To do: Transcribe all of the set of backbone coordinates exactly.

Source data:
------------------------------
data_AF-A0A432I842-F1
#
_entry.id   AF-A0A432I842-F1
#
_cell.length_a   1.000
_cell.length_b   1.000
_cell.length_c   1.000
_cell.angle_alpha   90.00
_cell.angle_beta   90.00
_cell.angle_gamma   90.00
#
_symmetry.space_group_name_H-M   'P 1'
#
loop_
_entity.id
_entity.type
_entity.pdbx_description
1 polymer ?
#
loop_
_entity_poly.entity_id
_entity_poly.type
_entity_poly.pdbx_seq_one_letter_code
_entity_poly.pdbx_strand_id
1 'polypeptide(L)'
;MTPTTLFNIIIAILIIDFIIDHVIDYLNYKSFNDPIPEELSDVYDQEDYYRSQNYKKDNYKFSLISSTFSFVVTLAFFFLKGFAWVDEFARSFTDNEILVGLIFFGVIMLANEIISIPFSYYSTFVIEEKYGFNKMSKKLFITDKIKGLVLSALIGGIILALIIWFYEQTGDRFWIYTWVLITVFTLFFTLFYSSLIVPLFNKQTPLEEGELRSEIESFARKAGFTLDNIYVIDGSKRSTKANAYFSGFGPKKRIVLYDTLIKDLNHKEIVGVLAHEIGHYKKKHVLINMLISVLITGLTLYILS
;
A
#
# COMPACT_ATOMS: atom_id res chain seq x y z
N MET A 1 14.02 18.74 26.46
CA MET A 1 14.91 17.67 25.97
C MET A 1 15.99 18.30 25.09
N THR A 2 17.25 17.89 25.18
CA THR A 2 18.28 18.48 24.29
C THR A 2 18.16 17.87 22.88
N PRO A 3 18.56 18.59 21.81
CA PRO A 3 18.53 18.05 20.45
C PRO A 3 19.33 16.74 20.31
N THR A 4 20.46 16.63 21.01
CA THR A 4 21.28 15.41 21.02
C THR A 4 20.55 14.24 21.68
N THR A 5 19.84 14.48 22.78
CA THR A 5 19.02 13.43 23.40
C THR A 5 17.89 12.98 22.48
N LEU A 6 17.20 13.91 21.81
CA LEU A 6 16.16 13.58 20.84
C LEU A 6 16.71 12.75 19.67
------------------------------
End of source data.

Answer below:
data_AF-A0A432I842-F1
#
_entry.id   AF-A0A432I842-F1
#
_cell.length_a   1.000
_cell.length_b   1.000
_cell.length_c   1.000
_cell.angle_alpha   90.00
_cell.angle_beta   90.00
_cell.angle_gamma   90.00
#
_symmetry.space_group_name_H-M   'P 1'
#
loop_
_entity.id
_entity.type
_entity.pdbx_description
1 polymer ?
#
loop_
_entity_poly.entity_id
_entity_poly.type
_entity_poly.pdbx_seq_one_letter_code
_entity_poly.pdbx_strand_id
1 'polypeptide(L)'
;MTPTTLFNIIIAILIIDFIIDHVIDYLNYKSFNDPIPEELSDVYDQEDYYRSQNYKKDNYKFSLISSTFSFVVTLAFFFLKGFAWVDEFARSFTDNEILVGLIFFGVIMLANEIISIPFSYYSTFVIEEKYGFNKMSKKLFITDKIKGLVLSALIGGIILALIIWFYEQTGDRFWIYTWVLITVFTLFFTLFYSSLIVPLFNKQTPLEEGELRSEIESFARKAGFTLDNIYVIDGSKRSTKANAYFSGFGPKKRIVLYDTLIKDLNHKEIVGVLAHEIGHYKKKHVLINMLISVLITGLTLYILS
;
A
#
# COMPACT_ATOMS: atom_id res chain seq x y z
N MET A 1 14.02 18.74 26.46
CA MET A 1 14.91 17.67 25.97
C MET A 1 15.99 18.30 25.09
N THR A 2 17.25 17.89 25.18
CA THR A 2 18.28 18.48 24.29
C THR A 2 18.16 17.87 22.88
N PRO A 3 18.56 18.59 21.81
CA PRO A 3 18.53 18.05 20.45
C PRO A 3 19.33 16.74 20.31
N THR A 4 20.46 16.63 21.01
CA THR A 4 21.28 15.41 21.02
C THR A 4 20.55 14.24 21.68
N THR A 5 19.84 14.48 22.78
CA THR A 5 19.02 13.43 23.40
C THR A 5 17.89 12.98 22.48
N LEU A 6 17.20 13.91 21.81
CA LEU A 6 16.16 13.58 20.84
C LEU A 6 16.71 12.75 19.67